Mr Triffid doesn't bother to learn the names at all, instead referring to "the red box", "the blue box", "that oud one" etc. Marketing is totally lost on him!

Correct pronunciation of French perfume names can be an issue for me. In our early teens, my older sister was given a bottle of Anais Anais by a boyfriend and was very precious about it - I was forbidden to even touch the bottle. I thought it was hilarious that she should be given a perfume that sounded like 'Anus Anus'. "Wouldn't want to touch it anyway!" was my response to my now doubtful and distraught sibling.
9 years ago
Triffid:
Mr Triffid doesn't bother to learn the names at all, instead referring to "the red box", "the blue box", "that oud one" etc. Marketing is totally lost on him!

Correct pronunciation of French perfume names can be an issue for me. In our early teens, my older sister was given a bottle of Anais Anais by a boyfriend and was very precious about it - I was forbidden to even touch the bottle. I thought it was hilarious that she should be given a perfume that sounded like 'Anus Anus'. "Wouldn't want to touch it anyway!" was my response to my now doubtful and distraught sibling.

LaughingLaughingLaughing
9 years ago
Triffid:
Mr Triffid doesn't bother to learn the names at all, instead referring to "the red box", "the blue box", "that oud one" etc. Marketing is totally lost on him!

Correct pronunciation of French perfume names can be an issue for me. In our early teens, my older sister was given a bottle of Anais Anais by a boyfriend and was very precious about it - I was forbidden to even touch the bottle. I thought it was hilarious that she should be given a perfume that sounded like 'Anus Anus'. "Wouldn't want to touch it anyway!" was my response to my now doubtful and distraught sibling.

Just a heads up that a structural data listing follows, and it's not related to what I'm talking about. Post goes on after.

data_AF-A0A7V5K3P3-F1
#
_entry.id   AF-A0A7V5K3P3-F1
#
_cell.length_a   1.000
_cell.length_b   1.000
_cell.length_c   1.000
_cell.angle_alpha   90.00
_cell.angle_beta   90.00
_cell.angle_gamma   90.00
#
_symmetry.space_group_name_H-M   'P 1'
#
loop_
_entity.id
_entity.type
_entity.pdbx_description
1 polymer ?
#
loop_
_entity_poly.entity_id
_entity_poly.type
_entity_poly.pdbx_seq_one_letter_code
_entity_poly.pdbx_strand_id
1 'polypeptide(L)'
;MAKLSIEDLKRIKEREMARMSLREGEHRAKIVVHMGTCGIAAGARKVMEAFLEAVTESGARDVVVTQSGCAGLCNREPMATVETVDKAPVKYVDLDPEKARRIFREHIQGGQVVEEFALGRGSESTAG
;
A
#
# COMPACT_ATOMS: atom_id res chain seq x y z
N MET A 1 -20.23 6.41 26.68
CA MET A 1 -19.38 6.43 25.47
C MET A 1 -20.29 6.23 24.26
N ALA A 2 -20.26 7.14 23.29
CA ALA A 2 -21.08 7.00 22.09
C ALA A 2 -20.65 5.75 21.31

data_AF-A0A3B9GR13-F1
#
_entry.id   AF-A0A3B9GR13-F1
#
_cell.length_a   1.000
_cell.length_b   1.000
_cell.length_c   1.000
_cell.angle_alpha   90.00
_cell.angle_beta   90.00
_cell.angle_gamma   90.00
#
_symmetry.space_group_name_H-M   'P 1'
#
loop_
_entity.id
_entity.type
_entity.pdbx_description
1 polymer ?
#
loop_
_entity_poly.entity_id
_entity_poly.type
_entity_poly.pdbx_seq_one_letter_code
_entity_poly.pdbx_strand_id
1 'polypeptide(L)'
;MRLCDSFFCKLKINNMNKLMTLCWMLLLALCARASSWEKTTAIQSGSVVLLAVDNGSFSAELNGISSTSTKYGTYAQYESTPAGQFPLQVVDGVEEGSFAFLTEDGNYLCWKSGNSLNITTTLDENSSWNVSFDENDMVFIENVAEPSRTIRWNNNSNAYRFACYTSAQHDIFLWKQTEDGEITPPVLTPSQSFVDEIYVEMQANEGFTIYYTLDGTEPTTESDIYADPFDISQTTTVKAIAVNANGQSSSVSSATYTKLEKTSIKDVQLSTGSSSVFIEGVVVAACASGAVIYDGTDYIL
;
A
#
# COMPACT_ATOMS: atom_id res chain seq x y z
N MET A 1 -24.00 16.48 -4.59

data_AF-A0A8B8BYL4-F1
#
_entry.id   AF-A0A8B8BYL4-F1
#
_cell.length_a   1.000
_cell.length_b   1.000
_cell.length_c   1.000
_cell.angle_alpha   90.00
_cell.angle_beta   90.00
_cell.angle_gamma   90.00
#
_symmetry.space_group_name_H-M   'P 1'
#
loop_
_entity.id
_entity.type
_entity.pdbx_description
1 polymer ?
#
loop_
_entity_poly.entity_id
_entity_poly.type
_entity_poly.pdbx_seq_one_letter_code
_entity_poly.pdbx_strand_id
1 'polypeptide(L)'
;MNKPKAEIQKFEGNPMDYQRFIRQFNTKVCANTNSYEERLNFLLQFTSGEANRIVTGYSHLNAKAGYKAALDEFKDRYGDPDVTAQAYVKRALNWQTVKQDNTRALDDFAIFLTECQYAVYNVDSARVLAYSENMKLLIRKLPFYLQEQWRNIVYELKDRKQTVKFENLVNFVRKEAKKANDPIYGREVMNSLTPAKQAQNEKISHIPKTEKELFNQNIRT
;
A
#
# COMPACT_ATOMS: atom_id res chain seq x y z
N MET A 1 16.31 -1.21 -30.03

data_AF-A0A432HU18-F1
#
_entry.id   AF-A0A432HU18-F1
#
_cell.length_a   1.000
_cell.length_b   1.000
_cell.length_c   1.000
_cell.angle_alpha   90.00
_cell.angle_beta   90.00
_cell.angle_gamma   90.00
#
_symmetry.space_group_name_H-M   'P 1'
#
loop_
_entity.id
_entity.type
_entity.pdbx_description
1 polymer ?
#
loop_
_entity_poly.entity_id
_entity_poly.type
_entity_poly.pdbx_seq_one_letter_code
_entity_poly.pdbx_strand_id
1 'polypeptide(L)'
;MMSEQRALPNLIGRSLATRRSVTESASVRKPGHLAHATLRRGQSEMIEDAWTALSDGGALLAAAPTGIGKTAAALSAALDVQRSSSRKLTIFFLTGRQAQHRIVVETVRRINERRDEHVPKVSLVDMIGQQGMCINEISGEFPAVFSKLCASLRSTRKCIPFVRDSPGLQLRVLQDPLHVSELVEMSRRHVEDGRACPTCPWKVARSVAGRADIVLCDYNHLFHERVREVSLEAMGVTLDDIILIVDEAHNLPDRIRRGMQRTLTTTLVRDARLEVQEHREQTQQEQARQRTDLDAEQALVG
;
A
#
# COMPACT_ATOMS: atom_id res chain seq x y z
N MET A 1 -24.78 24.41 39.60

Caught between an Irish Mother, a Father from London and a Kiwi upbringing I can mutilate French perfume names. To the rescue:
fragnameoftheday.blogspot.co.nz

Bela contributes to Bois de Jasmin and now has over 1020 perfume names in sound bites so that we can get it right…attempt to get it right
9 years ago
My boss and supervisor are both French but have been in Oz for 14 and 19 years respectively. Their accents are still impenetrable sometimes and I still need them to repeat things, especially over the phone. At least I have someone to ask about French pronunciation now!
9 years ago
Omni:
Who remembers the scene from A Fish called Wanda where Archie employs every Russian non sequitur in rapturous verse to arouse the wonderful Wanda? I think Dulcemio is on to something

There was also a scene in that awesome movie where Kevin Kline's character spouts a bunch of randon Italian words right before he and Jamie Lee do it, and then goes cross-eyed! Laughing A running theme, I guess.

And by the way, remember when Kevin Kline was in flippin' everything? Ah, those were the days. *sigh*